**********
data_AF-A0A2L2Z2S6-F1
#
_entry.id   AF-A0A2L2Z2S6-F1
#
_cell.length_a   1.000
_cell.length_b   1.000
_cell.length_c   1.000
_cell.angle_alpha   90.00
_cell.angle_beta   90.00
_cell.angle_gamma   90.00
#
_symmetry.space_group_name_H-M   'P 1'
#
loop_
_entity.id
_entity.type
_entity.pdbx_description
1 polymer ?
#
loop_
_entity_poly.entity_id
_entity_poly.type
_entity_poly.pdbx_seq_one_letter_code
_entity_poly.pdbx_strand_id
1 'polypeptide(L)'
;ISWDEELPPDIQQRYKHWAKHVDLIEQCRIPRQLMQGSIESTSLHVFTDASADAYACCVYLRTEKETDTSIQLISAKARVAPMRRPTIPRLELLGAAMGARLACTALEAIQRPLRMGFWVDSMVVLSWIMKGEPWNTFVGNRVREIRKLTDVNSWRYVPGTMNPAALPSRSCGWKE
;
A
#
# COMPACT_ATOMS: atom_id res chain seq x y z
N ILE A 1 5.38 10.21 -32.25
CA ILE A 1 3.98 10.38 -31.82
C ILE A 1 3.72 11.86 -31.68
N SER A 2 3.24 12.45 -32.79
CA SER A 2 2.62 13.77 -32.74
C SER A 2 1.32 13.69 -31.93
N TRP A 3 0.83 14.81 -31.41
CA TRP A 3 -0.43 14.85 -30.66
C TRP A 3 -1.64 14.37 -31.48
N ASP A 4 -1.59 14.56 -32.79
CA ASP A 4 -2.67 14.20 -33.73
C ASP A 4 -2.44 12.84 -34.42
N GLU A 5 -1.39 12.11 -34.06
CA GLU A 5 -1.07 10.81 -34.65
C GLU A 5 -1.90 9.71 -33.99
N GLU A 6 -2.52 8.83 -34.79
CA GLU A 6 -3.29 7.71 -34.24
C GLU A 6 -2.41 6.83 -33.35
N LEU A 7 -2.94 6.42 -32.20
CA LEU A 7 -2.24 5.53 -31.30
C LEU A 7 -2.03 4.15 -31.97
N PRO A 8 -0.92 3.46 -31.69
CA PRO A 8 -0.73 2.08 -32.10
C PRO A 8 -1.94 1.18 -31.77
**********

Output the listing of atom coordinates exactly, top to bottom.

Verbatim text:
data_AF-A0A2L2Z2S6-F1
#
_entry.id   AF-A0A2L2Z2S6-F1
#
_cell.length_a   1.000
_cell.length_b   1.000
_cell.length_c   1.000
_cell.angle_alpha   90.00
_cell.angle_beta   90.00
_cell.angle_gamma   90.00
#
_symmetry.space_group_name_H-M   'P 1'
#
loop_
_entity.id
_entity.type
_entity.pdbx_description
1 polymer ?
#
loop_
_entity_poly.entity_id
_entity_poly.type
_entity_poly.pdbx_seq_one_letter_code
_entity_poly.pdbx_strand_id
1 'polypeptide(L)'
;ISWDEELPPDIQQRYKHWAKHVDLIEQCRIPRQLMQGSIESTSLHVFTDASADAYACCVYLRTEKETDTSIQLISAKARVAPMRRPTIPRLELLGAAMGARLACTALEAIQRPLRMGFWVDSMVVLSWIMKGEPWNTFVGNRVREIRKLTDVNSWRYVPGTMNPAALPSRSCGWKE
;
A
#
# COMPACT_ATOMS: atom_id res chain seq x y z
N ILE A 1 5.38 10.21 -32.25
CA ILE A 1 3.98 10.38 -31.82
C ILE A 1 3.72 11.86 -31.68
N SER A 2 3.24 12.45 -32.79
CA SER A 2 2.62 13.77 -32.74
C SER A 2 1.32 13.69 -31.93
N TRP A 3 0.83 14.81 -31.41
CA TRP A 3 -0.43 14.85 -30.66
C TRP A 3 -1.64 14.37 -31.48
N ASP A 4 -1.59 14.56 -32.79
CA ASP A 4 -2.67 14.20 -33.73
C ASP A 4 -2.44 12.84 -34.42
N GLU A 5 -1.39 12.11 -34.06
CA GLU A 5 -1.07 10.81 -34.65
C GLU A 5 -1.90 9.71 -33.99
N GLU A 6 -2.52 8.83 -34.79
CA GLU A 6 -3.29 7.71 -34.24
C GLU A 6 -2.41 6.83 -33.35
N LEU A 7 -2.94 6.42 -32.20
CA LEU A 7 -2.24 5.53 -31.30
C LEU A 7 -2.03 4.15 -31.97
N PRO A 8 -0.92 3.46 -31.69
CA PRO A 8 -0.73 2.08 -32.10
C PRO A 8 -1.94 1.18 -31.77